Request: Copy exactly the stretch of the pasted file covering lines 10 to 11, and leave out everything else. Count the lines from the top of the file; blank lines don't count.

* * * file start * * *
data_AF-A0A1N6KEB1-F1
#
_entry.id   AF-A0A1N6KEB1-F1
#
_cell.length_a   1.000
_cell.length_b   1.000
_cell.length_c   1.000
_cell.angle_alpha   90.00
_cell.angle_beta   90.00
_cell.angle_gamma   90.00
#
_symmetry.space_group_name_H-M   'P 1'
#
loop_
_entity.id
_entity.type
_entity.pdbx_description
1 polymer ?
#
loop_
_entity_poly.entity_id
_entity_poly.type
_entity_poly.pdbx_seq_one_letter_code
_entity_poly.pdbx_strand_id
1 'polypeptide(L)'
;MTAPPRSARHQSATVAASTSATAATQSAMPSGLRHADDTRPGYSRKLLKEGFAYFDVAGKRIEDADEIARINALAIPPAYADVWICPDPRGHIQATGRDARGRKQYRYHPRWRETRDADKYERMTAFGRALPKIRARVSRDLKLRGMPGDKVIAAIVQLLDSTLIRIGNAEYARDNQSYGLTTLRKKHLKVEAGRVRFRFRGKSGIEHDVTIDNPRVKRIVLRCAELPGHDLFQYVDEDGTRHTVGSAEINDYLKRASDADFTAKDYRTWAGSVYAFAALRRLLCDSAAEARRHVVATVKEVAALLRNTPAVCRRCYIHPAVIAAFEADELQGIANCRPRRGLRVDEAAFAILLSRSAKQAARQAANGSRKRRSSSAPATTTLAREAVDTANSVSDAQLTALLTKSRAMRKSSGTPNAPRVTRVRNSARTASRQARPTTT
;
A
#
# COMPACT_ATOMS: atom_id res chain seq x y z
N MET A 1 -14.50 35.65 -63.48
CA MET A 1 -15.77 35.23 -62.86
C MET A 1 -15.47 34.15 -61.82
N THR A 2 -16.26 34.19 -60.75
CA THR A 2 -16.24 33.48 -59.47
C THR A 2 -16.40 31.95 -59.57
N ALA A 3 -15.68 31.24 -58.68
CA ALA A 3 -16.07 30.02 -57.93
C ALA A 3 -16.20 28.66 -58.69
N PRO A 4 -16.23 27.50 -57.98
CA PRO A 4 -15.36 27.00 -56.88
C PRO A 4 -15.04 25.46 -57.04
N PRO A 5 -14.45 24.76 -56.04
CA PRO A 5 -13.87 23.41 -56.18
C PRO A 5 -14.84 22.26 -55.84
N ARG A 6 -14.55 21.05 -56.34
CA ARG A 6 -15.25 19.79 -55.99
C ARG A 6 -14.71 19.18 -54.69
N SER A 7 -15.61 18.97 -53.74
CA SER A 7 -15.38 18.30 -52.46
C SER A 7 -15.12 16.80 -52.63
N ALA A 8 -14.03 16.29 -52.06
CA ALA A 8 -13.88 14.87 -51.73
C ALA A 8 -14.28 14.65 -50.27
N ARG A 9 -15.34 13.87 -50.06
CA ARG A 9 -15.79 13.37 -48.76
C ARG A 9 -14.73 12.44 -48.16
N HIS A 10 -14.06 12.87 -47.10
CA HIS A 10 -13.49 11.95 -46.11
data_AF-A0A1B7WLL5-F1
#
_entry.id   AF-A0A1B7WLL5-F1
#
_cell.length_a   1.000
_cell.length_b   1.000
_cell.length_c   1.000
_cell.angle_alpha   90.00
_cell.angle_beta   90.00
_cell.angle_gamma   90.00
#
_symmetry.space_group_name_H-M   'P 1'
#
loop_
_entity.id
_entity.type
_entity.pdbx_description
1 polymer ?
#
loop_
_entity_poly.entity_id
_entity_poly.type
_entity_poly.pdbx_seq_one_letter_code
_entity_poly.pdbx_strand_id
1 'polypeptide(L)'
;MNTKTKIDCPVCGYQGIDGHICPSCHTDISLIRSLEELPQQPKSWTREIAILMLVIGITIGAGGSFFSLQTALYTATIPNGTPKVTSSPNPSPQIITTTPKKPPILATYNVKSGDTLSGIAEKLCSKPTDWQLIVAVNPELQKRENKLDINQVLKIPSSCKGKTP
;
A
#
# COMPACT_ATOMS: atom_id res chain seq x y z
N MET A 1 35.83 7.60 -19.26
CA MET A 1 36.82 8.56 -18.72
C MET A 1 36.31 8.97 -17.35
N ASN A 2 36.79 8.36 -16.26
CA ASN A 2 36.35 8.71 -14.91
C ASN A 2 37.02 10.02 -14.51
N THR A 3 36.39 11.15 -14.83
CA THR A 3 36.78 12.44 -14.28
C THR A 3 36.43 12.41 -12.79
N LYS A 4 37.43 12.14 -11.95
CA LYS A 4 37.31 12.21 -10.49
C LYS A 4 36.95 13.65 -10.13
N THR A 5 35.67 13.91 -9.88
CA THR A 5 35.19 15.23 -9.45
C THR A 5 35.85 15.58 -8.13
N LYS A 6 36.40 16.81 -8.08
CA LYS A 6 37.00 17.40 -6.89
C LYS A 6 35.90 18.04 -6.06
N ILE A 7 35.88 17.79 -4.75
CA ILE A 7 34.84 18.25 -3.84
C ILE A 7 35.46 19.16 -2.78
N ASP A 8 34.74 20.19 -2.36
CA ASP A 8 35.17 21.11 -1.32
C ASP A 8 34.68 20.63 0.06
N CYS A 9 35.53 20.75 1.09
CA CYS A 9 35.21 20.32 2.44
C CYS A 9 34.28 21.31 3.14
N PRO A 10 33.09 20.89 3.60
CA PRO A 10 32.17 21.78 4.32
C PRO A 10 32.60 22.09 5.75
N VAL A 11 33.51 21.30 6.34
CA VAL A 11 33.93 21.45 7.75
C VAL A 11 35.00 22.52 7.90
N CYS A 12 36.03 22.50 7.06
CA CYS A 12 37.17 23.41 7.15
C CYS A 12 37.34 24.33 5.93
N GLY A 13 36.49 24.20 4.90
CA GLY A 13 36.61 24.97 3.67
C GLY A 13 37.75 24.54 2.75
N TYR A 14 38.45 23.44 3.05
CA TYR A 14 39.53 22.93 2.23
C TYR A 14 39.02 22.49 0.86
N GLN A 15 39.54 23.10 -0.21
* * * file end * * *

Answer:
_cell.angle_gamma   90.00
#